For more information about the Bergen and Hudson CEED Programs respectively and eligibility, please contact the following: Bergen CEED-Bergen County Department of Health Services at /index.aspx?nid=359, 201-634-2660; and Hudson CEED-Hoboken Family Planning at 201-963-0300,

For more information on breast cancer and screening visit the website of the Center for Disease Control (CDC) at or the American Cancer Society at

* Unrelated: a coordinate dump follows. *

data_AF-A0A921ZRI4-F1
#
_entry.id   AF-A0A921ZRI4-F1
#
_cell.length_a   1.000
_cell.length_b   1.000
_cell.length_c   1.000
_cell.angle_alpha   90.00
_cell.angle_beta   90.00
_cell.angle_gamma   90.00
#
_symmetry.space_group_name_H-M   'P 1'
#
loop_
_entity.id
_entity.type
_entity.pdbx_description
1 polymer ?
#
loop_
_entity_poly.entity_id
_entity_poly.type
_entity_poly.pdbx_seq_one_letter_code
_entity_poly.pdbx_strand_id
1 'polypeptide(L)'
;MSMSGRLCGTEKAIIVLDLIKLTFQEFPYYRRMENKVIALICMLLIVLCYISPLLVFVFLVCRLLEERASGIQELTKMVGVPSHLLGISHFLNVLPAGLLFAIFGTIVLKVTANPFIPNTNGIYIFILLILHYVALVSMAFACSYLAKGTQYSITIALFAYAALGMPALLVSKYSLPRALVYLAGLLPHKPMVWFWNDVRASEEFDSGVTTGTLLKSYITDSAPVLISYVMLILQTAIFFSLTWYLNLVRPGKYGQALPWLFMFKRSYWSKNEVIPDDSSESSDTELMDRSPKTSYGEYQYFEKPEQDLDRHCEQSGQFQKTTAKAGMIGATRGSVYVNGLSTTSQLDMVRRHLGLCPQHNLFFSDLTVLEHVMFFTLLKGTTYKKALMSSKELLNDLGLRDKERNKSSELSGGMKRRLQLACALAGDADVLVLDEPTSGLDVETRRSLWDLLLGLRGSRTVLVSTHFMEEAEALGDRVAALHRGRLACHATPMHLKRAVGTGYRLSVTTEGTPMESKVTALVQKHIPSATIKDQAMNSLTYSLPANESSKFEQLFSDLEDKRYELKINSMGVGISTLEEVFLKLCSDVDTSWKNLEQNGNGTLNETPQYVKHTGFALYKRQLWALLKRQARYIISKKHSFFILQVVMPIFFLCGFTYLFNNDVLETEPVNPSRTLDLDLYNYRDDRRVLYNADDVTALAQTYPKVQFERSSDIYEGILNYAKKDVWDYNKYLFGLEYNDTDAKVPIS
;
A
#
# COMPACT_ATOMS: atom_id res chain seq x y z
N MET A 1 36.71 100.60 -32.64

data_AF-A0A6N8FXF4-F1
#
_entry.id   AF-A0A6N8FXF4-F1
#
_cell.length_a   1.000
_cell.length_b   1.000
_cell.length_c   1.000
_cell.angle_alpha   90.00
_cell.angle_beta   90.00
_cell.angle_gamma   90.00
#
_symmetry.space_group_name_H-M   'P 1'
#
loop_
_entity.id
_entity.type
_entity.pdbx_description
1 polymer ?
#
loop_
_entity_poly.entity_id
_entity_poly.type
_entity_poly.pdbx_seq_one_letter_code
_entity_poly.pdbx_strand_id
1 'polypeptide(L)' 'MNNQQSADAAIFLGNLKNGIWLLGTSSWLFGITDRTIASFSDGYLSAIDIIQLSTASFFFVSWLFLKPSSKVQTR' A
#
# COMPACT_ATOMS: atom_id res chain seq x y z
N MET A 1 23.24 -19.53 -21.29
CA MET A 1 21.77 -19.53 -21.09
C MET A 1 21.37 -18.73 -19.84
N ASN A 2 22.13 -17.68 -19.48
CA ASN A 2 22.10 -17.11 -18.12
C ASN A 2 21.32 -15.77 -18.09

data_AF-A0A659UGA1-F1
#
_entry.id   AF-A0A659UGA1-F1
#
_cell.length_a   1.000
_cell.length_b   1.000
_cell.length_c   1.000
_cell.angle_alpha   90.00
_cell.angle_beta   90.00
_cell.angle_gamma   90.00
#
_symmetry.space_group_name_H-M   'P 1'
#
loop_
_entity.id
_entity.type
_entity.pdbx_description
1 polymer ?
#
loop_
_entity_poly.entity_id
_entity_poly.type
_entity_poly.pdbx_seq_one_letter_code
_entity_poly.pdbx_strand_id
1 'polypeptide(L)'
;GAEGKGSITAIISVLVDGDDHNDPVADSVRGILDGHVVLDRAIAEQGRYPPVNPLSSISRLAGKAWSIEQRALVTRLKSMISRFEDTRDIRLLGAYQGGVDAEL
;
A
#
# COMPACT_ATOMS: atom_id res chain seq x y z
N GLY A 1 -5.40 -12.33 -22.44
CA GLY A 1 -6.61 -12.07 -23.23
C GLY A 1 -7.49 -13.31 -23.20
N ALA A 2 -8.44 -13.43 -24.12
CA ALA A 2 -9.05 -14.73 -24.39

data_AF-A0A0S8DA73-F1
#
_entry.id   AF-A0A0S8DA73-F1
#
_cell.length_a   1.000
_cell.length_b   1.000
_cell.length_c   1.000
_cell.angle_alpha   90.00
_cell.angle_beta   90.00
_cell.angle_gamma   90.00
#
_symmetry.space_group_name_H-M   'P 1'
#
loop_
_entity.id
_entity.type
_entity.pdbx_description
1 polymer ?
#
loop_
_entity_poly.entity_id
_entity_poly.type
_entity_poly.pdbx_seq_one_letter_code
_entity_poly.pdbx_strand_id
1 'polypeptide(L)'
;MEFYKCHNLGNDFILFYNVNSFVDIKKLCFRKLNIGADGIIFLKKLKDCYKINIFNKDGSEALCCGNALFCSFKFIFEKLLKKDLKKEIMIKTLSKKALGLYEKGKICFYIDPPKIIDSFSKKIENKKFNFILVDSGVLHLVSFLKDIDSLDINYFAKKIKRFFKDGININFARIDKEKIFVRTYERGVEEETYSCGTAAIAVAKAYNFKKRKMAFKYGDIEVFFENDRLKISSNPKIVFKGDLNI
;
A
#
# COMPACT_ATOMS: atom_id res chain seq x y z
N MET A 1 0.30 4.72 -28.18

As we close out National Breast Cancer Awareness Month for 2016, women who have breast cancer risk factors should consult with their health care provider throughout the year to discuss ways they can lower their risk and screening recommendations.

The Bergen-Hudson Chronic Disease Coalition is funded through a grant from the New Jersey Department of Health Office of Cancer Control and Prevention (OCCP). For more information on Comprehensive Cancer Control in New Jersey, please visit: